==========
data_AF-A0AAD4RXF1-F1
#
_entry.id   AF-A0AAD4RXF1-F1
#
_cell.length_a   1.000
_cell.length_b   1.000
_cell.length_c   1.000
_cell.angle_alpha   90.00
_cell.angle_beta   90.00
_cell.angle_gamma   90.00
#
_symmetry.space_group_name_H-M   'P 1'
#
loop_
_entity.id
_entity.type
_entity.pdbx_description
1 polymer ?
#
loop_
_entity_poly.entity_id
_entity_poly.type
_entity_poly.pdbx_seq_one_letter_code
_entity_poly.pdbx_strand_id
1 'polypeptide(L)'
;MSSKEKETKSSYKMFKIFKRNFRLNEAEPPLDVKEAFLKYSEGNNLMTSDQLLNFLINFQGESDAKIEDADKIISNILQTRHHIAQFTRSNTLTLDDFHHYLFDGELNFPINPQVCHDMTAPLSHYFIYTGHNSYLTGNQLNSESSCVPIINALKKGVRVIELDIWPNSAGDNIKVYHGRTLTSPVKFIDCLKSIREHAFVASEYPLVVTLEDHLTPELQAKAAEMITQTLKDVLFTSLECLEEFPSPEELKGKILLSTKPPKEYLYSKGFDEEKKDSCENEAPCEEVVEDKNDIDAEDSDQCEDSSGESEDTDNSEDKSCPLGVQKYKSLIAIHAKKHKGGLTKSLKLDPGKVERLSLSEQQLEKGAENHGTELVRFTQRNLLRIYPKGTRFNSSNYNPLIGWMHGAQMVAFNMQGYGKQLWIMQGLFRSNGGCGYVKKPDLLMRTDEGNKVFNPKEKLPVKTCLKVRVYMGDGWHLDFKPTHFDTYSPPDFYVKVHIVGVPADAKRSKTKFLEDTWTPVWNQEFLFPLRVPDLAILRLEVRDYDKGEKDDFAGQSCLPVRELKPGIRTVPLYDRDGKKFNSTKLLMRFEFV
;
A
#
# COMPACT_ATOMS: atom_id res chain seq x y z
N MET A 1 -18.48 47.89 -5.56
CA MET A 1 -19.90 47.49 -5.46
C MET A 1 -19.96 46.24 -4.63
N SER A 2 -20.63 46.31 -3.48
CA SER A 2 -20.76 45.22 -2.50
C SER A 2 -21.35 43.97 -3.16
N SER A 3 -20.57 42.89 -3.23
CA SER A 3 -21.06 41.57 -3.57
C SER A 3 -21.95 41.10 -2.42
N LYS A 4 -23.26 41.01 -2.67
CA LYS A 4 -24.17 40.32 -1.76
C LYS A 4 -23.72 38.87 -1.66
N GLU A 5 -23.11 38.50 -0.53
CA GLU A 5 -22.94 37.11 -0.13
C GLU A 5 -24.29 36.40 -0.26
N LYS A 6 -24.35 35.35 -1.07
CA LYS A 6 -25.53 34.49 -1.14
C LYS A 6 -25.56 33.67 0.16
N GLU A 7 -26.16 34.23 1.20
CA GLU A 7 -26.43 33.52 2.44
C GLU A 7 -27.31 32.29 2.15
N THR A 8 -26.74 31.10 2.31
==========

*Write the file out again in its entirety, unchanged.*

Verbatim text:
data_AF-A0AAD4RXF1-F1
#
_entry.id   AF-A0AAD4RXF1-F1
#
_cell.length_a   1.000
_cell.length_b   1.000
_cell.length_c   1.000
_cell.angle_alpha   90.00
_cell.angle_beta   90.00
_cell.angle_gamma   90.00
#
_symmetry.space_group_name_H-M   'P 1'
#
loop_
_entity.id
_entity.type
_entity.pdbx_description
1 polymer ?
#
loop_
_entity_poly.entity_id
_entity_poly.type
_entity_poly.pdbx_seq_one_letter_code
_entity_poly.pdbx_strand_id
1 'polypeptide(L)'
;MSSKEKETKSSYKMFKIFKRNFRLNEAEPPLDVKEAFLKYSEGNNLMTSDQLLNFLINFQGESDAKIEDADKIISNILQTRHHIAQFTRSNTLTLDDFHHYLFDGELNFPINPQVCHDMTAPLSHYFIYTGHNSYLTGNQLNSESSCVPIINALKKGVRVIELDIWPNSAGDNIKVYHGRTLTSPVKFIDCLKSIREHAFVASEYPLVVTLEDHLTPELQAKAAEMITQTLKDVLFTSLECLEEFPSPEELKGKILLSTKPPKEYLYSKGFDEEKKDSCENEAPCEEVVEDKNDIDAEDSDQCEDSSGESEDTDNSEDKSCPLGVQKYKSLIAIHAKKHKGGLTKSLKLDPGKVERLSLSEQQLEKGAENHGTELVRFTQRNLLRIYPKGTRFNSSNYNPLIGWMHGAQMVAFNMQGYGKQLWIMQGLFRSNGGCGYVKKPDLLMRTDEGNKVFNPKEKLPVKTCLKVRVYMGDGWHLDFKPTHFDTYSPPDFYVKVHIVGVPADAKRSKTKFLEDTWTPVWNQEFLFPLRVPDLAILRLEVRDYDKGEKDDFAGQSCLPVRELKPGIRTVPLYDRDGKKFNSTKLLMRFEFV
;
A
#
# COMPACT_ATOMS: atom_id res chain seq x y z
N MET A 1 -18.48 47.89 -5.56
CA MET A 1 -19.90 47.49 -5.46
C MET A 1 -19.96 46.24 -4.63
N SER A 2 -20.63 46.31 -3.48
CA SER A 2 -20.76 45.22 -2.50
C SER A 2 -21.35 43.97 -3.16
N SER A 3 -20.57 42.89 -3.23
CA SER A 3 -21.06 41.57 -3.57
C SER A 3 -21.95 41.10 -2.42
N LYS A 4 -23.26 41.01 -2.67
CA LYS A 4 -24.17 40.32 -1.76
C LYS A 4 -23.72 38.87 -1.66
N GLU A 5 -23.11 38.50 -0.53
CA GLU A 5 -22.94 37.11 -0.13
C GLU A 5 -24.29 36.40 -0.26
N LYS A 6 -24.35 35.35 -1.07
CA LYS A 6 -25.53 34.49 -1.14
C LYS A 6 -25.56 33.67 0.16
N GLU A 7 -26.16 34.23 1.20
CA GLU A 7 -26.43 33.52 2.44
C GLU A 7 -27.31 32.29 2.15
N THR A 8 -26.74 31.10 2.31